If I may, I wanted to ask you some questions. In my limited knowledge, I have heard that the famous four authors, Matthew, Mark, Luke, and John did not actually meet Jesus Christ in his lifetime. Is this true? Is there a way to confirm if the Gospel of Mark, for example, was actually written by The very Mark it claims to be written by? Also I have heard that certain recollections of the Gospel such as the Gospel of Andrew and James did not make the New Testament, is this true? if so why?
I am interested in hearing your response.
Thanks for reading and responding! I was interested to hear your thoughts on this article. My knowledge is also limited, but I’ll do the best I can ;P
The four gospels are called by the names of their “traditional authors” – these are the people to whom early church fathers attributed the gospels and most orthodox churches have stood by that tradition. Papias, a disciple of the apostle John who wrote in the early 2nd century, identified Matthew and Mark as the authors of their respective gospels. Matthew was one of Jesus’ twelve apostles and therefore would’ve been very familiar with His life and teachings; he likely would’ve committed many of Jesus’ teachings to memory, as this was relatively common practice for devoted followers of a first century rabbi. Papias states that Mark did not know Jesus personally, but that he accompanied the apostle Peter and recorded his recollections of Jesus’ life and teaching. The earliest identification of Luke and John (that I know of) is by Irenaeus in about 180 AD – Irenaeus was a disciple of a disciple of the apostles. Luke was an associate of Paul’s; while I don’t know that he knew Jesus personally, his gospel isn’t written on his own authority but those of eyewitnesses to whom he had access (Luke 1:1-4). Given his connection with Paul and therefore the circle of apostles, he very plausibly had access to good eyewitness testimony regarding Jesus. John, lastly, was also one of Jesus’ twelve apostles. So in short, the traditional gospel authors are two of Jesus’ main 12 followers (Matthew and John), a guy who recorded the recollections of one of the 12 (Mark drawing on Peter), and a well-connected historian in the early church (Luke). The traditional authors were definitely positioned to have accurate information about Jesus.
That said, many scholars reject the traditional authors of the gospels in favor of other theories. The gospels are written “anonymously” (meaning that the authors are not identified in the documents, though they would certainly have been known by at least the apostles), so there’s no slam-dunk evidence that the traditional authors actually wrote the gospels that bear their names. Frankly, my knowledge of the gospel authorship debate is limited; I’m told that “The Case for Jesus: The Biblical and Historical Evidence for Christ” by Brant Pitre contains a solid argument in favor of traditional authorship. But my argument is structured so as to sidestep this debate entirely; my argument is that, whoever these authors were, they produced works which have all the indicators of authentic historicity (see the next post on this blog).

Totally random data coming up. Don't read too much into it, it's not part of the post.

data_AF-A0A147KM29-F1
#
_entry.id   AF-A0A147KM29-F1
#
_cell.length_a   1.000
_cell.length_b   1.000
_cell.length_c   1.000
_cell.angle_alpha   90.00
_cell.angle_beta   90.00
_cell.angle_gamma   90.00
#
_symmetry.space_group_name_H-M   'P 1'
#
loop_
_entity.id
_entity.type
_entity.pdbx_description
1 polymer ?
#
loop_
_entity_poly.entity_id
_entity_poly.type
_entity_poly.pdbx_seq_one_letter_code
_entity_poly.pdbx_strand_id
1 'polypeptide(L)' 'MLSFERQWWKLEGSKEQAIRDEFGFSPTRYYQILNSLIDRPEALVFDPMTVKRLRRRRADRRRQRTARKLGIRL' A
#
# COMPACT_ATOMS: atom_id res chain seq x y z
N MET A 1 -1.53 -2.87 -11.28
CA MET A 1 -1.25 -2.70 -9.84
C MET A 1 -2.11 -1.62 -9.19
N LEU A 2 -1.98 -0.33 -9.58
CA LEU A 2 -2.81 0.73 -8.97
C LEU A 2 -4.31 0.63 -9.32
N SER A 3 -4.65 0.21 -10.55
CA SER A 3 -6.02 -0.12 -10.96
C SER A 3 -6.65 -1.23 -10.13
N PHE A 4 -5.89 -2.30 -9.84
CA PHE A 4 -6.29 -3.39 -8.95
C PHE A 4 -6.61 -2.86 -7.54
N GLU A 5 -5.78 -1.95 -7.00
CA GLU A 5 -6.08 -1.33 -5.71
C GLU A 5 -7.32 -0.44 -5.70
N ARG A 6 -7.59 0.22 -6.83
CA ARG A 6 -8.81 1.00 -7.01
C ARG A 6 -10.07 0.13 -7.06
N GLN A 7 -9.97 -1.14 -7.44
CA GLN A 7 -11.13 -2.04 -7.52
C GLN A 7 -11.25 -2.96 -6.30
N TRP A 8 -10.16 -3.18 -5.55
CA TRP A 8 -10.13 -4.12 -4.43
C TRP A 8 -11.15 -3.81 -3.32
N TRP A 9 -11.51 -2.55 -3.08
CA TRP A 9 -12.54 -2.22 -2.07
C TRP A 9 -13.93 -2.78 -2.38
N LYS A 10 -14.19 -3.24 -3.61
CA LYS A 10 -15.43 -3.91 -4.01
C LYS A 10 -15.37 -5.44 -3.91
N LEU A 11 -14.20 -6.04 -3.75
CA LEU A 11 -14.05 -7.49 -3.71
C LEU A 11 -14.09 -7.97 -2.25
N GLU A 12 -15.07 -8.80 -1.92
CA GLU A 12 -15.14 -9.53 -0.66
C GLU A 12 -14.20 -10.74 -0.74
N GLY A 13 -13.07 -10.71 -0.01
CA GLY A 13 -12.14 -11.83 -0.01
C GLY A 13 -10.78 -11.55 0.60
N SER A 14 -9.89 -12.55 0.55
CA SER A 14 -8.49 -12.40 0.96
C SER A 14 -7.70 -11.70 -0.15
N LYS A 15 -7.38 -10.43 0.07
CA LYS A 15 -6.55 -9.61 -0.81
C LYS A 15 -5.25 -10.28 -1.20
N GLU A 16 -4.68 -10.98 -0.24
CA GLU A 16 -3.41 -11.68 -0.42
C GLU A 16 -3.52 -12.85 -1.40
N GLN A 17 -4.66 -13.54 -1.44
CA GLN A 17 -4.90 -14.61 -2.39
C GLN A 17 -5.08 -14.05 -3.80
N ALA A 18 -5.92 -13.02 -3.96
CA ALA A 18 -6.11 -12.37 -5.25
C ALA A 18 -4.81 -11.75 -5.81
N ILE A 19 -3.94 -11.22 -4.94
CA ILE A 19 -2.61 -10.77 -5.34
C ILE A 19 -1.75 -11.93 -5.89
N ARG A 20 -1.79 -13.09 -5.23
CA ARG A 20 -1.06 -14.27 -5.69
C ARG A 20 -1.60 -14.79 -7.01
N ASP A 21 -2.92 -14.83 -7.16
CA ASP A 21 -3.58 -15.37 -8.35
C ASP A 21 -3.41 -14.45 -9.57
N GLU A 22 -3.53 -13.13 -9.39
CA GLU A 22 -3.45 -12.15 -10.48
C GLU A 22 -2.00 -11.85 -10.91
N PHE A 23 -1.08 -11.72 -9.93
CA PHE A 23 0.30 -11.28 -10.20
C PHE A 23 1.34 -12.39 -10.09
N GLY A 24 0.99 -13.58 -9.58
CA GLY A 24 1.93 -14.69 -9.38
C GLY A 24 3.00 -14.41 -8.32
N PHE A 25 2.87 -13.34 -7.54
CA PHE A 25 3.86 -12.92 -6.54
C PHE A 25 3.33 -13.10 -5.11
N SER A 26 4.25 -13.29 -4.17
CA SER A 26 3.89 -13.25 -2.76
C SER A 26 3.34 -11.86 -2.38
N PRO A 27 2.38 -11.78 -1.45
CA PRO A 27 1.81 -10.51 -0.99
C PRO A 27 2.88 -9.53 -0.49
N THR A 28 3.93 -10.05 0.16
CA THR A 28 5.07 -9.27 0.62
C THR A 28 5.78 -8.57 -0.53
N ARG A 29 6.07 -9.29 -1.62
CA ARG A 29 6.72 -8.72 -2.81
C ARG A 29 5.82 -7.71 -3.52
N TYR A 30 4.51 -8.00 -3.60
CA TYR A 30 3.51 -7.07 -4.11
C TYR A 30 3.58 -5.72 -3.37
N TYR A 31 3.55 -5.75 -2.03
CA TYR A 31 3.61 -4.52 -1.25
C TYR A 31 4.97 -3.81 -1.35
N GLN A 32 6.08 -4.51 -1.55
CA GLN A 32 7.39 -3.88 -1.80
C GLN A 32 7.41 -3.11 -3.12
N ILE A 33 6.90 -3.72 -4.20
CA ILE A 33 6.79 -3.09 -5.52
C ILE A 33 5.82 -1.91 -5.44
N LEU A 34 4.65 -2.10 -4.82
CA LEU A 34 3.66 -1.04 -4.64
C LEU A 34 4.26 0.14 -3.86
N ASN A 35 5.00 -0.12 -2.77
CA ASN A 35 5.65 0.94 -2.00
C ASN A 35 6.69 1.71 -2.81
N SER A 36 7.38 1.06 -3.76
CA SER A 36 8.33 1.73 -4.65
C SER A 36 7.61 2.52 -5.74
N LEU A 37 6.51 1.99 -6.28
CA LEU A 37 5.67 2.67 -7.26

The four canonical gospels were recognized as a unit quite early; in the passage on gospel authorship, Irenaeus lists all four canonical gospels and no others. About a decade before that, a harmonization of the four gospels was made called the Diatessaron – the creation of such a document strongly implies that the gospels we take to be canonical were seen to be unique very early on. I’m not familiar with the Gospel of Andrew, but the Gospel of James is widely regarded to be a second-century forgery (not actually written by James though it does, unlike the canonical gospels, directly assert that it was). This is not a new conclusion – the first mention we have of the Gospel of James is a 3rd century warning by the church father Origen that it’s unreliable. You rightly inquire how we know that the authors of the canonical gospels had access to reliable information about Jesus, but the traditional gospels can defend themselves. When we ask the same reasonable questions of the Gospel of James, the answers are nowhere near as good, and so it was rejected by the early church just as it’s rejected today.